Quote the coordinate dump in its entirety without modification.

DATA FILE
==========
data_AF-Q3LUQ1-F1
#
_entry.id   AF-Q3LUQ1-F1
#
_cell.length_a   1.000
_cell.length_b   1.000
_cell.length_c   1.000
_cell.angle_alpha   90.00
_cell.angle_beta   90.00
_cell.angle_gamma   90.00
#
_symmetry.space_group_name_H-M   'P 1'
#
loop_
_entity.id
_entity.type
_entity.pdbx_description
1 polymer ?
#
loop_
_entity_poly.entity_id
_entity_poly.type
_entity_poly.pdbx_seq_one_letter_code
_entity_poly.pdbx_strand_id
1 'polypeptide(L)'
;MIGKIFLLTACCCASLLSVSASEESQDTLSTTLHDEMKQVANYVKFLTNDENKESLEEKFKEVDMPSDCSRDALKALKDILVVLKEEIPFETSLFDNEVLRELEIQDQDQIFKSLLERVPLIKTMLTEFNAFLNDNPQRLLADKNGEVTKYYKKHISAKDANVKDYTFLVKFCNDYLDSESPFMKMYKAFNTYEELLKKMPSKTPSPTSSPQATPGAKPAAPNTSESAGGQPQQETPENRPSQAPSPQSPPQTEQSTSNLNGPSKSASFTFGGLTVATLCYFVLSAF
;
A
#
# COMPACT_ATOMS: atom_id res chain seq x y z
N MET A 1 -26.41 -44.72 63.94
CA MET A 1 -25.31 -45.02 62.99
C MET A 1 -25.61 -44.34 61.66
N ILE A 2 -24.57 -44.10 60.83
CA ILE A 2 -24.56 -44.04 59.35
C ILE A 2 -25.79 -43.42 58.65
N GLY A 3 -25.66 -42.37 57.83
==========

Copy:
data_AF-Q3LUQ1-F1
#
_entry.id   AF-Q3LUQ1-F1
#
_cell.length_a   1.000
_cell.length_b   1.000
_cell.length_c   1.000
_cell.angle_alpha   90.00
_cell.angle_beta   90.00
_cell.angle_gamma   90.00
#
_symmetry.space_group_name_H-M   'P 1'
#
loop_
_entity.id
_entity.type
_entity.pdbx_description
1 polymer ?
#
loop_
_entity_poly.entity_id
_entity_poly.type
_entity_poly.pdbx_seq_one_letter_code
_entity_poly.pdbx_strand_id
1 'polypeptide(L)'
;MIGKIFLLTACCCASLLSVSASEESQDTLSTTLHDEMKQVANYVKFLTNDENKESLEEKFKEVDMPSDCSRDALKALKDILVVLKEEIPFETSLFDNEVLRELEIQDQDQIFKSLLERVPLIKTMLTEFNAFLNDNPQRLLADKNGEVTKYYKKHISAKDANVKDYTFLVKFCNDYLDSESPFMKMYKAFNTYEELLKKMPSKTPSPTSSPQATPGAKPAAPNTSESAGGQPQQETPENRPSQAPSPQSPPQTEQSTSNLNGPSKSASFTFGGLTVATLCYFVLSAF
;
A
#
# COMPACT_ATOMS: atom_id res chain seq x y z
N MET A 1 -26.41 -44.72 63.94
CA MET A 1 -25.31 -45.02 62.99
C MET A 1 -25.61 -44.34 61.66
N ILE A 2 -24.57 -44.10 60.83
CA ILE A 2 -24.56 -44.04 59.35
C ILE A 2 -25.79 -43.42 58.65
N GLY A 3 -25.66 -42.37 57.83